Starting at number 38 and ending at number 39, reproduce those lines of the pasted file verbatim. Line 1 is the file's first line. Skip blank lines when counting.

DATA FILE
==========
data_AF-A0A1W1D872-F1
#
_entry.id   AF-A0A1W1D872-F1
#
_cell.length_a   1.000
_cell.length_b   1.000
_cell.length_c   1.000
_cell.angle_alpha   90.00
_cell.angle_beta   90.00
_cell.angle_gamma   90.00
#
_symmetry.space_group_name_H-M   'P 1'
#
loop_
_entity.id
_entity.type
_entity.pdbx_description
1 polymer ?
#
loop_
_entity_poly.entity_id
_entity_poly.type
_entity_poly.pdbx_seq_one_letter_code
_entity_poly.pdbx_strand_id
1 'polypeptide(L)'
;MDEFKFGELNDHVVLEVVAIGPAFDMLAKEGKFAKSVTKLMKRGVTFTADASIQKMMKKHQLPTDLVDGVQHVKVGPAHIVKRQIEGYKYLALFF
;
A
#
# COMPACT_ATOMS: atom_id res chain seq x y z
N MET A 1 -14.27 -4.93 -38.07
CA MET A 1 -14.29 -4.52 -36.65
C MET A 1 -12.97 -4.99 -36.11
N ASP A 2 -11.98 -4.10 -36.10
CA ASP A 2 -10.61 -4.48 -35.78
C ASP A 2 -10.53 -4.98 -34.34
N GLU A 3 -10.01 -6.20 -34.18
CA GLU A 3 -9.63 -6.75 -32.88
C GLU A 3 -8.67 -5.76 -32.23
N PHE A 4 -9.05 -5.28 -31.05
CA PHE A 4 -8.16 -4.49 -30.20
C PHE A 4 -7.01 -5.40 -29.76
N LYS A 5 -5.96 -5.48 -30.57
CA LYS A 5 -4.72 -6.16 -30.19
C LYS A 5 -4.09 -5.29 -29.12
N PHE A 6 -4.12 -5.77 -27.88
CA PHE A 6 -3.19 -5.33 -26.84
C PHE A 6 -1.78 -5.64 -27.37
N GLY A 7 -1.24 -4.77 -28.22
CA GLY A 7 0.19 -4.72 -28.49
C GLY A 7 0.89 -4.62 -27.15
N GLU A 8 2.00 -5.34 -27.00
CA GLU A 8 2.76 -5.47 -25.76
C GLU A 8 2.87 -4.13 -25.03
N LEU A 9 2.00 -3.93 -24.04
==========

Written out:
CA GLU A 3 -9.63 -6.75 -32.88
C GLU A 3 -8.67 -5.76 -32.23